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UHS Cyber ​​Attack: Hack Causes Surgeries to Fail in US Hospitals

  • Universal Health Services, a chain of hospitals with over 250 locations in the United States, was hit by a cyber attack that caused its computer and telephone systems to fail.
  • The attack, first reported by Bleeping Computer, bears the signs of a ransomware attack in which hackers hijack an organization’s systems and refuse to turn them over unless the victim pays a hefty ransom.
  • UHS, one of the nation’s largest hospital chains, reportedly had to cancel surgeries and redirect ambulances as it scrambled to deal with the cyber attack.
  • On Tuesday afternoon, UHS systems were still down and employees relied on pen and paper to conduct business, an employee told Business Insider.
  • Visit the Business Insider home page for more stories.

This week, an unprecedented cyber attack on one of the largest hospital chains in the United States compromised the computer and telephone systems of hundreds of hospitals.

Universal Health Services, which operates more than 250 hospitals across North America, began experiencing outages Sunday night that disconnected all staff from computer systems and prevented them from reconnecting, Bleeping Computer first reported.

These disruptions have continued for days, forcing U.S. hospitals to postpone surgeries and divert ambulances. Staff were instructed to conduct all activities using pen and paper, a protocol that was still in effect on Tuesday afternoon, according to an Arizona-based UHS employee.


7;s been three days and we still don’t know what’s going on,” said the UHS employee, who spoke to Business Insider on condition of anonymity because he wasn’t authorized to speak publicly. “We were told not to turn on our computers or even look at them, so we currently have no access to any medical records.”

UHS President Mark Miller told the Wall Street Journal Monday night that UHS shut down its systems after a hack was detected to prevent further damage, causing some operations to be delayed.

While some hospital functions were disrupted, no patients were harmed by the disruption, Miller added.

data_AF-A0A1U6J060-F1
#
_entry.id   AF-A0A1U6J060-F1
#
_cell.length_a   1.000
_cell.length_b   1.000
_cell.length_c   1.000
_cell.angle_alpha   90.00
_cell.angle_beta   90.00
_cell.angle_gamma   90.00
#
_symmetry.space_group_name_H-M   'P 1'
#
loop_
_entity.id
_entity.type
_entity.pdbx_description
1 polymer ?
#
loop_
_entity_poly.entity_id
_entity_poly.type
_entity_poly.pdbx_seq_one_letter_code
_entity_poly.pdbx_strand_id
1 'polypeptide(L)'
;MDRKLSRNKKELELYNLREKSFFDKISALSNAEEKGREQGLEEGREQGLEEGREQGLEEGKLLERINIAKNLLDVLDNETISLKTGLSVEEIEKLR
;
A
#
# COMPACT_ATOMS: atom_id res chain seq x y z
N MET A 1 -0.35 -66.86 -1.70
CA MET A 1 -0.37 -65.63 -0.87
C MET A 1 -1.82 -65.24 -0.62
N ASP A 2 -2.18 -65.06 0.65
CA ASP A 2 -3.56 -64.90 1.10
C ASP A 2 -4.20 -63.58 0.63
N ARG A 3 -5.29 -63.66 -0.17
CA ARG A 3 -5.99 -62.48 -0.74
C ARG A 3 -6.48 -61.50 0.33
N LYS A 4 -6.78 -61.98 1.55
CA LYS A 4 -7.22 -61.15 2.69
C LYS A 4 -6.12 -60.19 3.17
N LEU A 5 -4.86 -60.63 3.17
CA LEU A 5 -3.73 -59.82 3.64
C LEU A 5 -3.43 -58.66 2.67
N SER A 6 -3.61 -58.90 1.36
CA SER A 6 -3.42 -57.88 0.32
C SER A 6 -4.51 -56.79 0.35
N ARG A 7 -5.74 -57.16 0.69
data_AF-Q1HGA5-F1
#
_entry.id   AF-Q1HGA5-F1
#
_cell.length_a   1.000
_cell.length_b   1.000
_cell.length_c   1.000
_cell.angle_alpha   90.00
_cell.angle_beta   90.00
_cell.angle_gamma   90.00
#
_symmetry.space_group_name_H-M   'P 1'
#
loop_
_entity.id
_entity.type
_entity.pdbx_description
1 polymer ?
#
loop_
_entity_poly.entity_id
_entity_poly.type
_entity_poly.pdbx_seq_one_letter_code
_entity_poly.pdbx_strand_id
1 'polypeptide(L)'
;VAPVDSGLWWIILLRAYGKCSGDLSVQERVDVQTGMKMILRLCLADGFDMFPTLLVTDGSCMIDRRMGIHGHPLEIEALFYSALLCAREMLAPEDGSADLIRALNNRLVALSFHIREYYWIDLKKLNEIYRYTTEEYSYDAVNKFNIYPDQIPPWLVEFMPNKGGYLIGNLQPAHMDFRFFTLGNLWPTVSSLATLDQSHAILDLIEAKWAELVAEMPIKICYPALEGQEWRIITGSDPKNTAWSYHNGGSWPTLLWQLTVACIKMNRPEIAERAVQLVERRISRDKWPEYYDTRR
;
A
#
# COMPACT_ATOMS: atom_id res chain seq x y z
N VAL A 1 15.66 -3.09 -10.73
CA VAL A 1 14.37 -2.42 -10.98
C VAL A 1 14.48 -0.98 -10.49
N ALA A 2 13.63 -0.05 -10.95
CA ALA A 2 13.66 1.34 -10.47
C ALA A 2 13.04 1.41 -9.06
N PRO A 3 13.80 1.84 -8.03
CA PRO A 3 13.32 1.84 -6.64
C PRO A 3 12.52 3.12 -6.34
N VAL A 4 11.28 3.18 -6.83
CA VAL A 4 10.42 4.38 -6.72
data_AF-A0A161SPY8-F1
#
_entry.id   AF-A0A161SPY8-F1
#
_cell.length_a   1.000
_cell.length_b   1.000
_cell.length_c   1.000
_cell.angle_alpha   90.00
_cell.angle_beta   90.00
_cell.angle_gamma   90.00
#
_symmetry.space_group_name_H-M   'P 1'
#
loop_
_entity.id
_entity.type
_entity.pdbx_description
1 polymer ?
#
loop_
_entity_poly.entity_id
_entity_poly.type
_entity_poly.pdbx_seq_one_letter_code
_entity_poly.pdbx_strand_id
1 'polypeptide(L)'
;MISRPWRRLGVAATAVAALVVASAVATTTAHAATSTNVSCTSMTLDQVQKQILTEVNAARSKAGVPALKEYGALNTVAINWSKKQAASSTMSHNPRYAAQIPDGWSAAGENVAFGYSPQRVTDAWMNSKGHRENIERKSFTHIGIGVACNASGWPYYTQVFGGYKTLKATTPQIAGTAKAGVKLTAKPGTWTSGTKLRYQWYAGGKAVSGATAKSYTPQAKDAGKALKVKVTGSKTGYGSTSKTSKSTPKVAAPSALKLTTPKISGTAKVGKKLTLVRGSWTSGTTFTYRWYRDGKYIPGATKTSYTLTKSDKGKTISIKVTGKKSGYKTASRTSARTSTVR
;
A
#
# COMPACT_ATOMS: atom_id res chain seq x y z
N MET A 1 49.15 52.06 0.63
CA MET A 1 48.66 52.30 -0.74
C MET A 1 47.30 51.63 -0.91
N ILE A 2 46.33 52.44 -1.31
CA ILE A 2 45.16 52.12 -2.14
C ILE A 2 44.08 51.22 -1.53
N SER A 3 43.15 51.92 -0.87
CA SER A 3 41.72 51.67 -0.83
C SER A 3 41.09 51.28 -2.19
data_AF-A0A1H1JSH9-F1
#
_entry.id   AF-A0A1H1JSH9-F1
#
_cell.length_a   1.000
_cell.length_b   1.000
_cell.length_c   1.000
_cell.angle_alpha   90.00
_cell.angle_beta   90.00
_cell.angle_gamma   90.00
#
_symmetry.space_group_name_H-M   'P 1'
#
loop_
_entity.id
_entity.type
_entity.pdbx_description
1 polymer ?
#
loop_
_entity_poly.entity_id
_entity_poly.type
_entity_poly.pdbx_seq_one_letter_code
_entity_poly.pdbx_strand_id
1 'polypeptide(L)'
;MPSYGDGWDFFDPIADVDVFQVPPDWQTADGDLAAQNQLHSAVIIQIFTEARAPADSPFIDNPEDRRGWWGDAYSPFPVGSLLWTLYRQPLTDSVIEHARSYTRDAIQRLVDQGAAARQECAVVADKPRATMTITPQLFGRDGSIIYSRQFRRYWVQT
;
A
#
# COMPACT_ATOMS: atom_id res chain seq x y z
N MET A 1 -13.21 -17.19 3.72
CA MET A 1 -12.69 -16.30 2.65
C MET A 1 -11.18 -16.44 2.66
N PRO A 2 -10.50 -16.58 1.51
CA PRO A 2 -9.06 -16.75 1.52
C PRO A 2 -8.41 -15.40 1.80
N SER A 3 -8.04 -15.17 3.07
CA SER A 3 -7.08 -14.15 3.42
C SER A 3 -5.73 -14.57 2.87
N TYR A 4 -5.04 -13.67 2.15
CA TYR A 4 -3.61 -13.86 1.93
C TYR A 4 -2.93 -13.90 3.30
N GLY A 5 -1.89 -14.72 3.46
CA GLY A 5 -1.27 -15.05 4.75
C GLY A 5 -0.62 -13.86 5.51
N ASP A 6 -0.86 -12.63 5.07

UHS said in a statement Monday that its systems were affected by an “IT security problem” and that no patient data was compromised. The company followed up with another statement Tuesday morning saying it was working on restoring its systems but some “clinical and financial” operations were still down. When reached for comment, the UHS spokesperson directed Business Insider to the company’s online statements and added that none of UHS’s overseas hospitals were affected.

The attack appears to carry the hallmarks of a ransomware attack, according to Bleeping Computer. Ransomware attackers use malicious code to compromise an organization’s computer systems and then require victims to pay to regain access.

The UHS employee of Arizona told Business Insider that as of Tuesday afternoon, employees have not received any communications beyond the information posted on the UHS website. Since they’ve been locked out of their email accounts, employees rely on a separate app called ShiftHound to coordinate shifts.

“There has been absolutely no communication about what’s going on. I wonder what our protocol is for a situation like this,” the employee said.

Ransomware attacks have become more frequent in recent years and hospitals are a prime target. Attacks on hospitals escalated during COVID-19, according to a report from Microsoft, as hospitals turn to new, unknown telemedicine platforms and are increasingly short of cash during the pandemic.

Hackers see hospitals as valuable targets because their systems are critical to the well-being of patients, making them more likely to pay a ransom. Additionally, patient health data is considered valuable, according to Torsten George, an analyst at cybersecurity firm Centrify.

“The UHS incident is the latest in a series of healthcare-focused ransomware attacks,” George told Business Insider. “Hospital systems are critical and with many lives at stake, healthcare organizations are more likely to pay a ransom to get back up and running quickly.”

According to cybersecurity experts and law enforcement agencies – including the FBI – the targets should avoid paying the ransom at all costs to knock out hackers.

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